Issues SingPost should tackle to improve corporate governance

Published December 30, 2015

Letter to the Editor

First published in Business Times on 31 December, 2015

RECENT news media reports following the announcement of the special audit by Singapore Post (SingPost) have focused much attention on the so-called “administrative oversight” relating to the failure to disclose the interest of SingPost’s lead independent director, Mr Keith Tay, in its announcement of the acquisition of FS MacKenzie.

The special audit was considered necessary by SingPost because of the issues raised in my letter (“More questions about corporate governance at SingPost” and the report “SingPost made ‘administrative oversight’ in 2014 deal disclosure”, BT, Dec 23).

The fact that the “administrative oversight” has occurred is now not in doubt. There is, however, a need to establish how the disclosure breach occurred, whether this indicates systemic weaknesses in SingPost’s compliance controls, and the role of the board in reviewing and approving important announcements.

While the “administrative oversight” relating to the announcement of the FS MacKenzie deal is important, what is more troubling to me is the apparent involvement of Stirling Coleman as a financial adviser to the seller in SingPost’s acquisition of FS MacKenzie and Famous Pacific Shipping (NZ), since Mr Tay is the non-executive chairman and a major shareholder of Stirling Coleman.

Such a potential conflict of interest casts doubt in my mind as to whether SingPost paid a fair price for these acquisitions and led me to review the premia paid, and the accounting for goodwill and other intangible assets arising from these acquisitions in the financial statements.

While acquisitions are generally a matter of business judgment of the board, and I would under normal circumstances not be inclined to question the board’s judgment on such matters, investors can hardly be blamed for being sceptical under the current circumstances. Stirling Coleman was also disclosed as the arranger when SingPost announced the acquisition of another company, Famous Holdings.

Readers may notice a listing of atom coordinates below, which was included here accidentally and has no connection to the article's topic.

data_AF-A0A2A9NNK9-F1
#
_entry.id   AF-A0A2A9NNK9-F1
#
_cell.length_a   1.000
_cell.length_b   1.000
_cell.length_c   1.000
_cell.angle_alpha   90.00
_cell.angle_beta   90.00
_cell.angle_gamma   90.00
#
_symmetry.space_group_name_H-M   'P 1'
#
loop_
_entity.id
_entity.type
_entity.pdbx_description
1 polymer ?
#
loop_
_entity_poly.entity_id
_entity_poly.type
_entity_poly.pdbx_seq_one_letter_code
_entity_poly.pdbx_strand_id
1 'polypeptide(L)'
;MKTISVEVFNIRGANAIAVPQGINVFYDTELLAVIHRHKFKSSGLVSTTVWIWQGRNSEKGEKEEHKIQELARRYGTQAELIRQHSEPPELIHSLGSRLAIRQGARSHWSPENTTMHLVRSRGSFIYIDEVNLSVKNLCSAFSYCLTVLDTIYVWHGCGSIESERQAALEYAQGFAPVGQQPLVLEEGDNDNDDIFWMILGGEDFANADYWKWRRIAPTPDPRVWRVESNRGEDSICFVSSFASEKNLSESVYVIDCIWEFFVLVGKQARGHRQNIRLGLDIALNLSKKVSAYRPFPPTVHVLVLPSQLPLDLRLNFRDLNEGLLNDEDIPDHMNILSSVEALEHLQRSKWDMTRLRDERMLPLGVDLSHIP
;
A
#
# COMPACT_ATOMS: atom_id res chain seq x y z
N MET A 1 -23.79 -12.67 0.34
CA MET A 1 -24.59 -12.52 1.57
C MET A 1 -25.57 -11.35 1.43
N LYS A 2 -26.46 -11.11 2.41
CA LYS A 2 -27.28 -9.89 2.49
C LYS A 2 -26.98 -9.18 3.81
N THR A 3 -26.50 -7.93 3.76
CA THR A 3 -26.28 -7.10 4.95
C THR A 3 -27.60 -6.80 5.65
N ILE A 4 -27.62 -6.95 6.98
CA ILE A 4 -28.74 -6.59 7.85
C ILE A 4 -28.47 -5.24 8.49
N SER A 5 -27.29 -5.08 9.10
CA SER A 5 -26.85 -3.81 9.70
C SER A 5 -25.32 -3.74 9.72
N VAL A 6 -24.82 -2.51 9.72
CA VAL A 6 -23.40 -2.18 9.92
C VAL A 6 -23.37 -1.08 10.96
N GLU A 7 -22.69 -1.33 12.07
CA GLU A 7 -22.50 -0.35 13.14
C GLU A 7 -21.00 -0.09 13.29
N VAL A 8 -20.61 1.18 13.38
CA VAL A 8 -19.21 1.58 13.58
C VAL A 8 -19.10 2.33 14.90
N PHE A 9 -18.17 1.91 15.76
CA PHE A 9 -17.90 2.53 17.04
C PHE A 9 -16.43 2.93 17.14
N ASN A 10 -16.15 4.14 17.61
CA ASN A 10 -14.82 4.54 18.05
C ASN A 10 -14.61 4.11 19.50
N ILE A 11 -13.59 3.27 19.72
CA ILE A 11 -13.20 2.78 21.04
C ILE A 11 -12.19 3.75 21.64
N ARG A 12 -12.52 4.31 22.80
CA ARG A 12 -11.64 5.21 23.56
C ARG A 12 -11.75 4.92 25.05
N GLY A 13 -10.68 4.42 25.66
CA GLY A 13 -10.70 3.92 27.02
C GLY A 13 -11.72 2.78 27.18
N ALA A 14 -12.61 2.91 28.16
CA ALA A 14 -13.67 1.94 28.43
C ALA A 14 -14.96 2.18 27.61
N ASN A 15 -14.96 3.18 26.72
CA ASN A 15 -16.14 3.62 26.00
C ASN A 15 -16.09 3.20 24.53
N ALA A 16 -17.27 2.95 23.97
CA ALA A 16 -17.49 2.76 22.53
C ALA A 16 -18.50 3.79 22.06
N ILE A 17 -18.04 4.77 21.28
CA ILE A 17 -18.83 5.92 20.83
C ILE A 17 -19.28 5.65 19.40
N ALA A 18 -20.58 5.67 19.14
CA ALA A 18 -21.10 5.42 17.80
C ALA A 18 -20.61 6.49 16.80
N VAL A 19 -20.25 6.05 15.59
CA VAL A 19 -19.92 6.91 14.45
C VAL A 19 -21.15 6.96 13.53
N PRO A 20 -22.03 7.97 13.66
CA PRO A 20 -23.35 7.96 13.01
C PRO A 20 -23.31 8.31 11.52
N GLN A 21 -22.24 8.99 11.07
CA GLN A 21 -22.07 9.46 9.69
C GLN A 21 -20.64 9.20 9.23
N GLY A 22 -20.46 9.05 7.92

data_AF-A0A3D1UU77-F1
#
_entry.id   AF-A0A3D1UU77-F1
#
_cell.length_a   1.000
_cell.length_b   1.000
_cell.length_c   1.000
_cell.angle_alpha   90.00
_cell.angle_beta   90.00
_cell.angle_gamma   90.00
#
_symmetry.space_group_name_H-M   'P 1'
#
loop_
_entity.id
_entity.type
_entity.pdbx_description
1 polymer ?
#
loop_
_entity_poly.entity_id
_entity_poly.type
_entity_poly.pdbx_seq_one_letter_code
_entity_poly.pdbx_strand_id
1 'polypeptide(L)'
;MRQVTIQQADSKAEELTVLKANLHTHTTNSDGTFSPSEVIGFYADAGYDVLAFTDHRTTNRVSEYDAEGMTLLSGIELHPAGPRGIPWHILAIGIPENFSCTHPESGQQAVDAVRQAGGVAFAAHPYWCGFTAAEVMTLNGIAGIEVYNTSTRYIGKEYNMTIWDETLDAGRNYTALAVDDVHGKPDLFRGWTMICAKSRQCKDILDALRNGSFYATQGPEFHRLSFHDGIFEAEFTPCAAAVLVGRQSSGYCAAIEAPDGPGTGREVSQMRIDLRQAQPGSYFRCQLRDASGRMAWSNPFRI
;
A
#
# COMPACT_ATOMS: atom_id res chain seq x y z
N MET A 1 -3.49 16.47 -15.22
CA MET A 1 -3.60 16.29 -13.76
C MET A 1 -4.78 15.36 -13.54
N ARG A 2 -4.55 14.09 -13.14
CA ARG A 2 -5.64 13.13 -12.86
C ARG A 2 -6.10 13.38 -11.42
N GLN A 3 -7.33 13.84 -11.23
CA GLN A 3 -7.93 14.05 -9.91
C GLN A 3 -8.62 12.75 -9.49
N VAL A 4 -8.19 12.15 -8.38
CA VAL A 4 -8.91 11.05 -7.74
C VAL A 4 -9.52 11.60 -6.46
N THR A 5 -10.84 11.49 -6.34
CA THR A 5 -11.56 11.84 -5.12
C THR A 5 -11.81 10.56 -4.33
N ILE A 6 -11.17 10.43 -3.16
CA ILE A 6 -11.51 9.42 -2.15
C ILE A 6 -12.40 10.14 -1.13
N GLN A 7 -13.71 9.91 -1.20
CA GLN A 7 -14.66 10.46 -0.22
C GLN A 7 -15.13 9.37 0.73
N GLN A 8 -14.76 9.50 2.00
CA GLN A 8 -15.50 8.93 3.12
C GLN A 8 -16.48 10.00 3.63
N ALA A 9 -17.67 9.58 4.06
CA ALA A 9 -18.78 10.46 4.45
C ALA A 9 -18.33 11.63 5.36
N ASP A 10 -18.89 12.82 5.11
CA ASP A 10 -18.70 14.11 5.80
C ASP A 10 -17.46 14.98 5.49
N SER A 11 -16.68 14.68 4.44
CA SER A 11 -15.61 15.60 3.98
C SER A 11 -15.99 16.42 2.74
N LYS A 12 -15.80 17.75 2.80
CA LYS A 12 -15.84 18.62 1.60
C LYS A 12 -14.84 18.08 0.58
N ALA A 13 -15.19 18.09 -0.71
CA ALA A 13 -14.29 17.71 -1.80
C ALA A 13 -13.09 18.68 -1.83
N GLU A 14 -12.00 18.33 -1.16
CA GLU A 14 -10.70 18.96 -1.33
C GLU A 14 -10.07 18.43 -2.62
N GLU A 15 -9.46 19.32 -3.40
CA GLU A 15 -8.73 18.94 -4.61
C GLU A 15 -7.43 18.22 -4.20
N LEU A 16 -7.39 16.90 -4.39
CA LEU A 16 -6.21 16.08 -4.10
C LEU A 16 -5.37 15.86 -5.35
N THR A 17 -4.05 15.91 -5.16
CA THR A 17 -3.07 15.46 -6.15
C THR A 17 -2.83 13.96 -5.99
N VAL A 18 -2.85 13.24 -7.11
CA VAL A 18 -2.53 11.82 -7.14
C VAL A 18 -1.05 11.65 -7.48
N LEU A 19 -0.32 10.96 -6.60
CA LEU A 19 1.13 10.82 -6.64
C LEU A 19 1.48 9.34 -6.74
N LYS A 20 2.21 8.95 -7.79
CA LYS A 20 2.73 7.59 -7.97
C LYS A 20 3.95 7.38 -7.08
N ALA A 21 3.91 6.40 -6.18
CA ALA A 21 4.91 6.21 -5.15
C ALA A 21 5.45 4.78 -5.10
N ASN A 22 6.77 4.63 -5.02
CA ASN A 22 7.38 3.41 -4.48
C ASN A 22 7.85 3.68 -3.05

So far, SingPost has only confirmed that Mr Tay has disclosed his interest and abstained from voting in the three acquisitions involving Famous Holdings, FS MacKenzie and Famous Pacific Shipping (NZ). I hope that SingPost does not only comply with these minimum legal requirements in dealing with conflicts of interest.

The Statement of Good Practice on Conflicts of Interest (SGP No 5/2006) issued by the Singapore Institute of Directors is relevant in this regard. According to paras 2.2.5 and 2.2.6, although whether a conflicted director is allowed to be present in meetings and participate in discussions depends on the company’s articles, good practice requires that the board consents to his presence and participation.

Even where participation is permitted, it is good practice for a conflicted director to excuse himself “for an appropriate period during the discussion so as to facilitate a full and frank discussion of the matter by the other directors”. It was with such good practice in mind that led to my questions as to whether Mr Tay had recused himself from the discussions.

In my first commentary on SingPost’s corporate governance published in BT on Dec 15 (“Corporate governance concerns at SingPost”), I had raised issues about its board composition, including the long tenure of some of the independent directors, board renewal and the relevance of the skills and competencies of some of the long-serving independent directors given the changes in SingPost’s business.

In addition, SingPost’s executive committee, which has a primary role in approving acquisitions, consists mostly of long-tenure directors and appears lacking in independent directors with recent experience in the areas of e-commerce and logistics where SingPost is active in acquisitions.

The process used in determining the independence of directors may also need to be reviewed. In my view, it is also important that these issues are addressed if SingPost is truly serious about improving its corporate governance.

Mak Yuen Teen


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